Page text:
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Nirav Modi: The Fugitive Diamond Merchant Facing Extradition to India

Nirav Modi is an Indian businessman and the founder of Nirav Modi, a global diamond jewellery brand. He is wanted in India for his alleged involvement in a massive fraud and money laundering case, amounting to an estimated USD 2 billion, in the Punjab National Bank (PNB). He is currently in London, where he is fighting his extradition to India. In this article, we will explore his background, career, crimes, and legal battles.

Background and Career Nirav Modi

Nirav Modi was born on February 24, 1971, in Palanpur, Gujarat, India. He belongs to a wealthy and influential diamond merchant family, as his grandfather, Keshavlal Modi, was the founder of the Modi Group, a diamond trading company. Nirav Modi studied at the Wharton School of the University of Pennsylvania, but dropped out after a year. He then moved to Mumbai, where he joined his uncle, Mehul Choksi, who was the owner of Gitanjali Gems, a jewellery company.

Nirav Modi started his own diamond trading business in 1999, and soon expanded to other countries, such as Belgium, Hong Kong, and the United Arab Emirates. He also established his own diamond cutting and polishing units, and became one of the largest suppliers of loose diamonds in the world. He launched his eponymous jewellery brand in 2010, and opened his first boutique store in Delhi in 2014.

He soon gained recognition and fame for his exquisite and innovative designs, and attracted several celebrities and royals as his clients, such as Kate Winslet, Priyanka Chopra, and Queen Rania of Jordan. He also became the first Indian jeweller to feature on the cover of the Christie’s catalogue, and the first Indian to have his creations auctioned by Sotheby’s and Christie’s.

Nirav Modi’s business empire grew rapidly, and he had over 30 stores across the world, including in New York, London, Hong Kong, and Singapore. He also had a net worth of over USD 1.8 billion, and was ranked 85th on the Forbes India Rich List in 2017.

Crimes and Controversies of Nirav Modi

Nirav Modi’s success story came to an abrupt end in 2018, when he was accused of being the mastermind of one of the biggest banking frauds in India’s history. He and his associates, including his uncle Mehul Choksi, were alleged to have defrauded the PNB of over USD 2 billion, by obtaining fraudulent letters of undertaking (LoUs) from the bank’s employees, which were used to obtain loans from overseas branches of other Indian banks. The fraud was exposed when the PNB officials discovered that the LoUs were issued without proper authorization and collateral, and reported the matter to the Central Bureau of Investigation (CBI) and the Enforcement Directorate (ED).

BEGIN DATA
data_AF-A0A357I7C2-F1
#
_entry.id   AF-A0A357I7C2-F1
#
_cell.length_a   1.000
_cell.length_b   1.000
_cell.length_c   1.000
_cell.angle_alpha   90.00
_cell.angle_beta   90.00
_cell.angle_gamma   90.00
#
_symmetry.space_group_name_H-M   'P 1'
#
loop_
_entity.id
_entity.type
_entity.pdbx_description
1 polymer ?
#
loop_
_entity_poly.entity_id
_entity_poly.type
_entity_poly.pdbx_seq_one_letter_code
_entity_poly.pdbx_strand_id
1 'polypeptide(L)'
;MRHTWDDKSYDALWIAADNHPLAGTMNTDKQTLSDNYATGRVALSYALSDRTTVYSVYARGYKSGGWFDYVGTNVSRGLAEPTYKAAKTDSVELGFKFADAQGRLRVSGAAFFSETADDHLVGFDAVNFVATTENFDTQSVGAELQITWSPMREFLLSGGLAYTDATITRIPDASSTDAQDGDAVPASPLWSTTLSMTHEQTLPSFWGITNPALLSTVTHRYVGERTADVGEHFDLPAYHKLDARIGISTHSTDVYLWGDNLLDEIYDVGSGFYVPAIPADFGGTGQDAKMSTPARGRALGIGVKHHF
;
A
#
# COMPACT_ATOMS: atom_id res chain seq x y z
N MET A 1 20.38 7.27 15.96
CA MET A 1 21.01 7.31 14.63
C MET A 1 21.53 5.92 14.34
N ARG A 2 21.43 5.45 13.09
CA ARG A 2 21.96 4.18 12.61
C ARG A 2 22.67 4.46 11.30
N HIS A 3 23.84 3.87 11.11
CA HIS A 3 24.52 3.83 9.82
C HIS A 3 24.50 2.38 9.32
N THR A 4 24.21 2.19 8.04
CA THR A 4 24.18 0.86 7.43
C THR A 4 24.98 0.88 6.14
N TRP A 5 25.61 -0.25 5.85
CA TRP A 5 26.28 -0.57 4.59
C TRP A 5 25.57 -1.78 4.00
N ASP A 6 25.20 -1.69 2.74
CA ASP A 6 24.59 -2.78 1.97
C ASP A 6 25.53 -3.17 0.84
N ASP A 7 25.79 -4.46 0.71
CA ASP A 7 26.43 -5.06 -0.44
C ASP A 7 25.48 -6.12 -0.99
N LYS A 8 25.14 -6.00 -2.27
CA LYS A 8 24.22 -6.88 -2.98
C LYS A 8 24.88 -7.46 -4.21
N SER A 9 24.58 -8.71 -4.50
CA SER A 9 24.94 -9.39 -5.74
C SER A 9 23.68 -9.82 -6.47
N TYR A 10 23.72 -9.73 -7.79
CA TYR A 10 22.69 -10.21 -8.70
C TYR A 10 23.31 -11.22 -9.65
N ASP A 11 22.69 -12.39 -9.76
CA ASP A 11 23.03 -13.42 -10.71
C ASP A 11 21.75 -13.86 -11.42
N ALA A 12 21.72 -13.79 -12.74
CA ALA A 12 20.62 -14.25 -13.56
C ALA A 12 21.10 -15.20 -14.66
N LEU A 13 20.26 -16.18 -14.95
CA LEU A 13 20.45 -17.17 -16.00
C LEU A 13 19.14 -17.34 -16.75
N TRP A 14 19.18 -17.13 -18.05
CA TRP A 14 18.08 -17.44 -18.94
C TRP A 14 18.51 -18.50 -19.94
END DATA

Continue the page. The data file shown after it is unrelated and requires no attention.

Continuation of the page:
The CBI and the ED launched investigations into the case, and filed multiple chargesheets and cases against Nirav Modi, Mehul Choksi, and their associates, under various laws, such as the Prevention of Money Laundering Act, the Prevention of Corruption Act, and the Indian Penal Code. They also seized and attached their assets, including jewellery, properties, bank accounts, and companies, worth over USD 3 billion. They also issued non-bailable warrants and red corner notices against them, and requested their extradition from the countries where they were residing.

Nirav Modi, who had left India in January 2018, before the fraud came to light, was traced to London, where he was living in a luxurious apartment and running a new diamond business. He was arrested by the UK authorities in March 2019, on the basis of the extradition request from India, and has been in custody since then. He has denied the charges and has opposed his extradition, claiming that he is innocent and that he will not get a fair trial in India. He has also raised various grounds to challenge his extradition, such as his mental health, prison conditions, human rights, and political interference.

Nirav Modi’s extradition case has been going through a long and complex legal process in the UK courts. He has faced several hearings and appeals, and has lost most of them. The key developments in his case are as follows:

As of now, Nirav Modi has exhausted all his legal options in the UK courts, and is expected to be extradited to India within 28 days, unless there is any further intervention or delay. However, his case is also said to be affected by a “secret legal issue”, which has not been disclosed to the public. It is not clear how this issue will impact his extradition, and whether he will challenge it in any other forum. Nirav Modi remains in custody at Wandsworth prison in London, where he has been lodged since his arrest in 2019. He faces a trial in India, where he could face a maximum sentence of life imprisonment, if convicted.

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Written by 365PodCast

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